Apr 29, 2015
Saudi Arabia trains Yemeni tribal fighters in war against Houthis - sources
By Amena Bakr and Mohammed Ghobari
Saudi Arabia is providing military training for hundreds of Yemeni tribesmen to fight the Iranian-allied Houthi militia, sources familiar with the matter told Reuters.
A Saudi-led alliance has been bombing the group from the air for over a month, but it remains Yemen's dominant force.
The kingdom announced last week it would rein in its strikes to give aid and reconciliation efforts more space, but the warring sides have made no visible progress towards talks.
"You cannot win a war against the Houthis from the air - you need to send ground forces in, but now there's a programme to train tribal fighters on the border," said a Doha-based military source familiar with the matter.
This week 300 tribal fighters trained in Saudi Arabia were deployed back to their home area in the Sirwah district of central Marib province to fight the Houthis and managed to push the militia back, a Yemeni official source told Reuters.
A Saudi defence source said there was a plan to bolster Yemeni forces in the battles raging across the country because locals knew the terrain better than Saudis.
"The problem is the number of tribal fighters being trained is very small and not enough," said the Yemeni source who declined to be named, adding that the training includes giving the fighters light weapons and tactical advice.
Saudi Arabia, the world's top oil exporter and Sunni Muslim regional adversary of Shi'ite Iran, feels threatened by the Shi'ite Houthi advance across Yemen since last September, when the rebels captured the capital.
The Saudi royal in charge of the military campaign in Yemen, Defence Minister Mohammed bin Salman, 30, was named deputy crown prince by his father, King Salman, on Wednesday.
The Saudi-led intervention, closely associated with Prince Mohammed and Interior Minister and Crown Prince Mohammed bin Nayef, is seen by analysts as reflecting a more assertive approach to foreign policy under Salman and his ruling team.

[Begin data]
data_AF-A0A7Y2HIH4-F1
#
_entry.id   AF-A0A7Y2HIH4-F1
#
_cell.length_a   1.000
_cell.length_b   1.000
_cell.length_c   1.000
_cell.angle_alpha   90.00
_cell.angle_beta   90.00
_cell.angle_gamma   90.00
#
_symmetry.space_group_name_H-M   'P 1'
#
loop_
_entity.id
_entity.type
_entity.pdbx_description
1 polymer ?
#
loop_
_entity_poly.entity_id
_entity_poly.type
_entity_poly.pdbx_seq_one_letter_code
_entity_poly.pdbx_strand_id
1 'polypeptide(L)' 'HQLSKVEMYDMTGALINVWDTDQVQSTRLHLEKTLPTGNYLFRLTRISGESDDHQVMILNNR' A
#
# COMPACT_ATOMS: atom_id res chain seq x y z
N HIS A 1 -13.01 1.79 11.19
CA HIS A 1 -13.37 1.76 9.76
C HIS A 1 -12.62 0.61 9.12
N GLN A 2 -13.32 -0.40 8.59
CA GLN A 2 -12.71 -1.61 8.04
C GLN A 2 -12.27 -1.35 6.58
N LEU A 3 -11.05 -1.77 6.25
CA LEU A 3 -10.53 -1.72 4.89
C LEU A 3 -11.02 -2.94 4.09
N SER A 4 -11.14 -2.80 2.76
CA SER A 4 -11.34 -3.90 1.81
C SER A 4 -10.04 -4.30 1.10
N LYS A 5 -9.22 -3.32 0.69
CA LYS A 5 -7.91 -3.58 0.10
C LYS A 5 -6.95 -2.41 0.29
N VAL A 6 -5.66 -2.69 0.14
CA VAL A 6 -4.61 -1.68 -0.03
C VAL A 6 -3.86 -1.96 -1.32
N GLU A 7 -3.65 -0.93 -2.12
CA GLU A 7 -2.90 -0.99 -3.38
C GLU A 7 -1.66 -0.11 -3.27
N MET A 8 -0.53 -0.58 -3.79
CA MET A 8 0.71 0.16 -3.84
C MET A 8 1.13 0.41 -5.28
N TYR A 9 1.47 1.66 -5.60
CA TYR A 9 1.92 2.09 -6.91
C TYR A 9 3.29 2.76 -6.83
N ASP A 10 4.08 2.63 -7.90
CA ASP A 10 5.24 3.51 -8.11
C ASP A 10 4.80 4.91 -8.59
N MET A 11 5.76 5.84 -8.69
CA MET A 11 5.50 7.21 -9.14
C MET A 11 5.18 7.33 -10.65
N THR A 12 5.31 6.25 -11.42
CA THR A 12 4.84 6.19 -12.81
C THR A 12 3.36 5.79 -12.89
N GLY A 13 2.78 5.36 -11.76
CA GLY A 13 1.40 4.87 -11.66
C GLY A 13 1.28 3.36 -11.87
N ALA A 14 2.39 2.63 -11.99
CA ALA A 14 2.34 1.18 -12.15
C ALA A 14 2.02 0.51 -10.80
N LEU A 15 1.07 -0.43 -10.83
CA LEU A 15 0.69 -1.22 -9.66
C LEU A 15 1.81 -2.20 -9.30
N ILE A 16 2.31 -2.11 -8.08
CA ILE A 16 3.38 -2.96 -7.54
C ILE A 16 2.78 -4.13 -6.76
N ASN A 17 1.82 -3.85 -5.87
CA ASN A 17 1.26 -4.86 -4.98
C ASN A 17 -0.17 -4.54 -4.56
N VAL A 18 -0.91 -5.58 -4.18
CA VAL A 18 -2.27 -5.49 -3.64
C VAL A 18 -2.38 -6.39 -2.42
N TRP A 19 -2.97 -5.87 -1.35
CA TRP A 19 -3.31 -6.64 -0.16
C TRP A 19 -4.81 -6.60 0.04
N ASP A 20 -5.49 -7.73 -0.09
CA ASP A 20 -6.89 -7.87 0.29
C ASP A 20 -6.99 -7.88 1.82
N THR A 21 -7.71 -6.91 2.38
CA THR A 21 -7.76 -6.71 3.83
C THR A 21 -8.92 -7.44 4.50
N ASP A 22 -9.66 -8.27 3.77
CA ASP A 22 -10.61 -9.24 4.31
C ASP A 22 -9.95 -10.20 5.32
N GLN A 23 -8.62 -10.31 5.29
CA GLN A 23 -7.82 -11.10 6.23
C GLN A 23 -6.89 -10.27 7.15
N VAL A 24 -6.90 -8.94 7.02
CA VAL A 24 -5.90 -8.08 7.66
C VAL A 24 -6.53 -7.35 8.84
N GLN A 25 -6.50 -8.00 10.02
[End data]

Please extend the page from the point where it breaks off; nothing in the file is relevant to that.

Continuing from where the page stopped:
The Houthi gains have forced President Abd-Rabbu Mansour Hadi to flee into exile in Riyadh. The Saudi campaign aims to restore Hadi and prevent Yemen collapsing as a state.
Al Qaeda militants have thrived in the chaos, and the writ of the military and central government has evaporated in the country, which sits astride one of the world's busiest oil shipping lanes.
Asked about the training, Saudi Arabia's coalition spokesman, Brigadier Ahmed Asseri, told Reuters he could not comment on operations that were still underway, but did not deny that such training was taking place.
"We always comment on what is achieved. We never comment on something in the future. We don't want to put the security and safety of any one of the soldiers in danger."
"We always confirm that we are helping the resistance and the popular groups, the loyal army ... but we cannot go into details on where, how, how much," he said.
In an attempt to cobble together a united tribal front against the Houthis, Saudi Arabia has invited heads of tribes for a meeting in Riyadh, Yemeni sources told Reuters.
Much of the armed opposition to the Houthi advance has been from local southern fighters, many of whom resent the north and seek secession.
"Saudi Arabia wants to unite tribal leaders in this meeting but the feeling is that there's not much hope for that," said a Yemeni source currently in Riyadh.
Yemen's prime minister and newly appointed vice president Khaled Bahah travelled from Riyadh to Doha on Monday to discuss ways of re-establishing the authority of Yemen's government in exile, sources familiar with the matter said.
One of the options currently under discussion with Gulf states is how to remove al Qaeda elements from the city of Seyoun in the Hadramawt region, which could be a possible base for the government's administration.
"There's a growing sense among everyone that if the government officials stay outside of Yemen this in itself will be a gain for the Houthis," said a Yemeni source.
So far the fighting and air strikes have killed more than 1,000 people, including an estimated 551 civilians since the bombings started on March 26, the United Nations said on Friday. Its children's agency UNICEF said at least 115 children were among the dead.
(Reporting by Amena Bakr and Mohamed Ghobari; Additional reporting by Angus McDowall,; Editing by William Maclean and Dominic Evans)